I was fourteen when I started attending church regularly, and when I did, I was immediately drawn to the ritual and repetition of the traditional presbyterian service down the street. I loved that I, an awkward teenager with absolutely zero familiarity with whatever “church culture” was, could follow along, and even participate fully. There were no suprises, just a seat at the table for anyone willing to join in.
I found myself particularly drawn to the prayer of confession. Right there at the beginning of the service, before we heard the word proclaimed, before we passed a plate or meditated on a single interpretation from the pastor, we paused and acknowledged our need for God’s grace. And we didn’t try to talk around anything either. We spoke plainly about sin, and suffering, and brokenness. We acknowledged the truth: that we had screwed up this week, on our own and as a group, and that we needed help from God and one another to do better. I loved this prayer so much that I memorized the most often used version in our worship:
Almighty God, we confess that we have sinned against you in thought, word, and deed, by what we have done, and by what we have left undone. We have not loved you with our whole heart, and mind, and strength; we have not loved our neighbors as ourselves. In your mercy, forgive what we have been, help us to amend what we are, and direct what we shall be, so that we may delight in your will and walk in your ways to the glory of your holy name.
But lately I have found myself looking again at that impulse to confess. Worship begins with confession, but it doesn’t *stay* there, and yet it is an easy place to get stuck. And so I have found myself wondering: is it possible that this spirit of confession can go too far, stretching beyond a recognition of our brokenness into a worldview that sees ourselves as fundamentally shameful? That is the question that I have been struggling with lately. The recognition that the shadow side of confession is deep shame about my own embodiedness.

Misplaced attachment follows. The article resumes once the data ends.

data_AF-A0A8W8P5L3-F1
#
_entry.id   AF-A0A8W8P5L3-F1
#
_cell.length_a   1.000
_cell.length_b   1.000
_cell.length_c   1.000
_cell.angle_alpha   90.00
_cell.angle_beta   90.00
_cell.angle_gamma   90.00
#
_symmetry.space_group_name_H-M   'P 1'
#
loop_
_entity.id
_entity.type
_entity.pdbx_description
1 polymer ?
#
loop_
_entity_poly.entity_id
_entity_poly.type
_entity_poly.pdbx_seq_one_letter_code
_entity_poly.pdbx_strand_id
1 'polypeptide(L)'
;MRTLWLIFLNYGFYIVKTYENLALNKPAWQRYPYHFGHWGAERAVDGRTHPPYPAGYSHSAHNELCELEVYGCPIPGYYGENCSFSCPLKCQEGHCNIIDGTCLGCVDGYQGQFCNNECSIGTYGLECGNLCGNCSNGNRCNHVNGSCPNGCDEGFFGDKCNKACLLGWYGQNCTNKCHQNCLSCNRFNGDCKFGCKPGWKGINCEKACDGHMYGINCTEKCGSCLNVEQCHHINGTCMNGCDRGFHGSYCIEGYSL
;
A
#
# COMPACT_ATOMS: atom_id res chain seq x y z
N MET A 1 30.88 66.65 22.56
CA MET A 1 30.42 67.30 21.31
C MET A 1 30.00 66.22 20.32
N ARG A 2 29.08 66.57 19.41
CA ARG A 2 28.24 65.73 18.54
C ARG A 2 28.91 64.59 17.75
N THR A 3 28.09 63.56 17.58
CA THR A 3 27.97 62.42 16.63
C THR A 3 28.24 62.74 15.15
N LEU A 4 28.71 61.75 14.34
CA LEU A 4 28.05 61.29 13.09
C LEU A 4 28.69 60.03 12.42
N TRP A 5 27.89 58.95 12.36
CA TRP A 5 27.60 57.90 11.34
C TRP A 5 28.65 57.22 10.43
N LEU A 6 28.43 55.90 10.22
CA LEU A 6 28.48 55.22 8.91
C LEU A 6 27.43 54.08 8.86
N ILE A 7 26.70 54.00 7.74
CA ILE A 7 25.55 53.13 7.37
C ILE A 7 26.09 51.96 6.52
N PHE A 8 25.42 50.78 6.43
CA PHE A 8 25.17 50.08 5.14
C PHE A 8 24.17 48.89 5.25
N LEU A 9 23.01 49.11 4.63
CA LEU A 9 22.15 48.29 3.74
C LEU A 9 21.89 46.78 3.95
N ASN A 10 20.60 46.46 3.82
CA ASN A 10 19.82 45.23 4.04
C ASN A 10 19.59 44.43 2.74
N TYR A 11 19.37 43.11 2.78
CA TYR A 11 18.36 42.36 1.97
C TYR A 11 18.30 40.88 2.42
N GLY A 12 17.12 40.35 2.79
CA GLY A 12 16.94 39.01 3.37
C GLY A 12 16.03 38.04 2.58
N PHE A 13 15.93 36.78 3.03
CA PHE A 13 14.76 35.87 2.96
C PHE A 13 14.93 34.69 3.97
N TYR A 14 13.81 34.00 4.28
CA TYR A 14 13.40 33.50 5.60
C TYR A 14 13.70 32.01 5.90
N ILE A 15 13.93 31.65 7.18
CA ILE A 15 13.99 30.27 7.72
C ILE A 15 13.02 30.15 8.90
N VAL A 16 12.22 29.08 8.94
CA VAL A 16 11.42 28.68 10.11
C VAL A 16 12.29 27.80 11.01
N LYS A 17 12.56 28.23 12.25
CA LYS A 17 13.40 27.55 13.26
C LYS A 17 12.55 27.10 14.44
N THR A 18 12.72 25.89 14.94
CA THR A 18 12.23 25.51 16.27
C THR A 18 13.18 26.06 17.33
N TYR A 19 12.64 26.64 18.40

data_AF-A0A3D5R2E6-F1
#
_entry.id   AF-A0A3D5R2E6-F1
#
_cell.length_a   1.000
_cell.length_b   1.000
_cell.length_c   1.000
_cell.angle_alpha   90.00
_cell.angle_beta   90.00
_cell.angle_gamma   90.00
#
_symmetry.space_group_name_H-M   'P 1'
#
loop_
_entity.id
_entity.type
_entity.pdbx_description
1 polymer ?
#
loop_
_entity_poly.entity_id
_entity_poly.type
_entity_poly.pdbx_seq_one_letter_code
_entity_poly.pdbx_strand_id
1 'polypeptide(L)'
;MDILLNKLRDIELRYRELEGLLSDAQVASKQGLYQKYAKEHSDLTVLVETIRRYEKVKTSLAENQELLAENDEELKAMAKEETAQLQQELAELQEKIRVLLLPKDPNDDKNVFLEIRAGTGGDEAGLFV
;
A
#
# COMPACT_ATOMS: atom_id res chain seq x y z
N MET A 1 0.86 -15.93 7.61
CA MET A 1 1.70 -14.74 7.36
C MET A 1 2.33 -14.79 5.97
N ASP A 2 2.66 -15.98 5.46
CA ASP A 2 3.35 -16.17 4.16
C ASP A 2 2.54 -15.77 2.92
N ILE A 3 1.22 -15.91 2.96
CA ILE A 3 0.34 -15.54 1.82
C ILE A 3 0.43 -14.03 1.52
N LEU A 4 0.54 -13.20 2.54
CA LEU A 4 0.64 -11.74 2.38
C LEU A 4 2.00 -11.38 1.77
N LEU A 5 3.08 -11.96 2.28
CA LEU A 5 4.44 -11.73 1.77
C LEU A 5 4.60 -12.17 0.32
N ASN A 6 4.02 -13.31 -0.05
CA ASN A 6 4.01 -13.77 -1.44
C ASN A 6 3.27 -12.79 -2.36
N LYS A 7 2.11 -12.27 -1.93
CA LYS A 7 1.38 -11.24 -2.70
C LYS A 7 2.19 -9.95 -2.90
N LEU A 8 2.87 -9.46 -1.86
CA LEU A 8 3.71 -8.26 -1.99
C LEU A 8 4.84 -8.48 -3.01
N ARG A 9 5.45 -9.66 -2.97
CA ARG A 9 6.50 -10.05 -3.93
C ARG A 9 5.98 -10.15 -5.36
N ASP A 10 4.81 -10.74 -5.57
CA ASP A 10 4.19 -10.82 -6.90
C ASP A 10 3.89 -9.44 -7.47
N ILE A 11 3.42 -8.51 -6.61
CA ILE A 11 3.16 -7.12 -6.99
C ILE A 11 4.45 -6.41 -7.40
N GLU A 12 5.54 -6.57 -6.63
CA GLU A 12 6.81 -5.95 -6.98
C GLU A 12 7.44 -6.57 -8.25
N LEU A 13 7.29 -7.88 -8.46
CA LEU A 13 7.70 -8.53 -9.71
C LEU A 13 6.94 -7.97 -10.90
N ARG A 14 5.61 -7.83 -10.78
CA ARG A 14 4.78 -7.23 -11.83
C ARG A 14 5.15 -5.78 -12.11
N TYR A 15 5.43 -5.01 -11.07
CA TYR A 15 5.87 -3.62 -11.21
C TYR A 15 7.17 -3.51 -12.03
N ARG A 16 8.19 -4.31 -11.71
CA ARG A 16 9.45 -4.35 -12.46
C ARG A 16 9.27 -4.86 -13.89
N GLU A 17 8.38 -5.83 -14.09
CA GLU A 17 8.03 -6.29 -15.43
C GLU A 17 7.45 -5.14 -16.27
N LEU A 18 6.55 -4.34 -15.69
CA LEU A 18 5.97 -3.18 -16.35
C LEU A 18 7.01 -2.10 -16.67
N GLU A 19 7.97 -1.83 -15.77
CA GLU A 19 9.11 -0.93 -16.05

I am certain that I am by no means unique if I admit that I, an average woman in her 30s, has struggled with shame attached to the simple fact of having a body. I mean, it’s practically the most ordinary thing in the world to admit (and for the record, I think that OUGHT to be the thing that is shameful about this whole picture). Instead, the reality is that many women just like me live their entire lives embarrassed to inhabit a body that has needs.
We feel shame about what we eat (or what we don’t)
We feel shame about what we wear (or how we wore it)
We feel shame about how much we move our bodies (or how little)
We compare our bodies to impossible standards and then sacrifice ourselves in pursuit of some vision of perfection.
And so often, we tell ourselves that the shame we are feeling is some kind of “honesty” that will improve us.
But will it? Does it?
In my experience, this shame led me to punish my body in ways that I am still recovering from. It has changed the way I interact with other people for the worse. It has led me to doubt my own instincts and to mistrust my own needs. It sneaks into every corner of the house that I have built for myself. It leaks into the most unexpected interactions.
In his book Ethics, Boenhoeffer writes that “Shame is man’s ineffaceable recollection of his estrangement from the origin; it is grief from this estrangement, and the powerless longing to return to unity with the origin. … Man is ashamed of the loss of his unity with God and with other men.” (p. 24).
And that is what really clicks for me. The notion that shame is what happens when we live apart–from our communities, certainly, but also from our bodies. When we forget that our bodies are not tools to be manipulated but rather as essential to our existence as the minds that we so often privilege, we are in shame territory. And the only way to heal that is to do the work of reconnecting. I have been slowly coming to the recognition that the shame I feel around my own embodiedness can only be healed by falling back in love with myself.
What does that mean for me? It means being curious about this vehicle that carries me through my life and regarding it with affection rather than distrust. It means paying attention to how my body feels when I engage in any number of activities in my daily life, and privileging those things that bring my body joy. And it means resisting the urge to make quick judgements about my wants and my desires, because they have something to teach me about myself. It also means accepting some messiness on the road to discovery.
I confess (ha!) that this is not easy territory for me. I am so used to living as though my body were something to be concealed, ignored and denied that doing the opposite feels dangerous. And yet I cannot afford to do otherwise. We have one precious life, and to live it in shame is the greatest waste of all.